So within the next two years, pharmacists and prescribers will have a more effective tool to exchange data. The challenge will be in seeing if there is interest and capacity in leveraging all that the SCRIPT Standard can support. Otherwise, we’ll be where we are today, exchanging the bare minimum on a prescription-related transaction. That minimum will change either through regulation or through industry, or patient demand.
And what about other trading partners, such as payers? The new version of the SCRIPT Standard includes enhancements to the prior authorization transactions (generally exchanged between the prescriber and the payer/PA processor). It’s clear that use of electronic prior authorization improves efficiency and positively impacts patient care by reducing the time needed to process a prior authorization request. Proprietary solutions are available in the marketplace that allow a prescriber to check the pharmacy benefit, in real time, before sending a prescription to the pharmacy. This type of data exchange can lead to smarter prescribing decisions — selecting a product with the highest coverage level for the patient — that can improve adherence and reduce inefficiencies in the prescribing process. Yet adoption of these tools takes time, and many are waiting for either a standard transaction that will be used by all prescribers and payers, or a mandate before investing the time and effort to implement a new feature.
The primary data exchange between a pharmacist and payer involves claims transactions. On May 17, 2018, the National Committee on Vital and Health Statistics sent a letter to the Secretary of Health and Human Services recommending that the standard named for pharmacy claim billing be updated to a newer version. This occurs nearly nine years after the last version was named. As with the SCRIPT Standard, the telecommunication standard has seen dozens of changes included at the request of the industry. Moving to this new version will improve the ability of pharmacies and payers to exchange data. No specific timeline for this transition has yet been announced.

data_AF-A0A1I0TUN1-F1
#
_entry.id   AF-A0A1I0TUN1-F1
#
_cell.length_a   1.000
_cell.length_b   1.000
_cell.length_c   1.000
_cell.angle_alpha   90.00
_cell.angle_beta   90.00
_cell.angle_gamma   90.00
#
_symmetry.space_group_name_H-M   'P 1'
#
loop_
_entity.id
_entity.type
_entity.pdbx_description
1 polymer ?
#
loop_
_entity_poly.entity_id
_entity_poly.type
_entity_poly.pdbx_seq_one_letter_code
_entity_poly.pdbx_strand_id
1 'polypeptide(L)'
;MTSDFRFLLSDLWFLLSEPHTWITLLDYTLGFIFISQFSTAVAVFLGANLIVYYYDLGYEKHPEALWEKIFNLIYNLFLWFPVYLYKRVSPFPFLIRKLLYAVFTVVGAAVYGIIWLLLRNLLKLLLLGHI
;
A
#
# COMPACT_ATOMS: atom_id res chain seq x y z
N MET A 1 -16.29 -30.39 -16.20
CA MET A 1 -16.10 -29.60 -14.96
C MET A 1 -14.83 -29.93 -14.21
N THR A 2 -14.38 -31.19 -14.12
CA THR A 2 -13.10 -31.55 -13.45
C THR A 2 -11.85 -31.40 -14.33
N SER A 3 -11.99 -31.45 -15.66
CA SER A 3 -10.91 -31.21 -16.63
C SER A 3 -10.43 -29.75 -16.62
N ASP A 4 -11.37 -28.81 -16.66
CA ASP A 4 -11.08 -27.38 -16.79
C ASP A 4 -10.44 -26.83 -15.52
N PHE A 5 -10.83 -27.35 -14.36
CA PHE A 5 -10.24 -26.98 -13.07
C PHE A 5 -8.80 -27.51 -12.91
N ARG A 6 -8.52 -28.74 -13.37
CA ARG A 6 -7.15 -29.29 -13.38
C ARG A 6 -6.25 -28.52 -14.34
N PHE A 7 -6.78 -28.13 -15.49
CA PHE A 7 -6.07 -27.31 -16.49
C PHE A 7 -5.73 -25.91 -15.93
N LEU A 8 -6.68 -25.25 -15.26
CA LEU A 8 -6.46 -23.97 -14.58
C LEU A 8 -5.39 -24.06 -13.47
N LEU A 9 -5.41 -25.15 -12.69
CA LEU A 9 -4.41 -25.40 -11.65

As pharmacists continue to provide additional services, they need a way to document their work to support any associated billing. Pharmacy systems will need a way to capture care documentation and associated code systems so that claims can be promptly and efficiently submitted. Standards are available that can support the exchange of information; the greater challenge is extracting the data from whichever system stores it, if there even is a system to store it. There are solutions available, whether embedded within current pharmacy management systems or as an add-on tool that can integrate with existing systems. These tools will be extremely valuable as pharmacists offer more services that are reimbursable.
Hopefully, when we look back two years from now we’ll be able to report on significant progress regarding health information exchange. I’ll continue to keep readers updated on developments. CT
Marsha K. Millonig, B.Pharm., M.B.A., is president of Catalyst Enterprises LLC in Eagan, Minn. The firm provides consulting, research, and writing services to the healthcare industry. The author can be reached at firstname.lastname@example.org.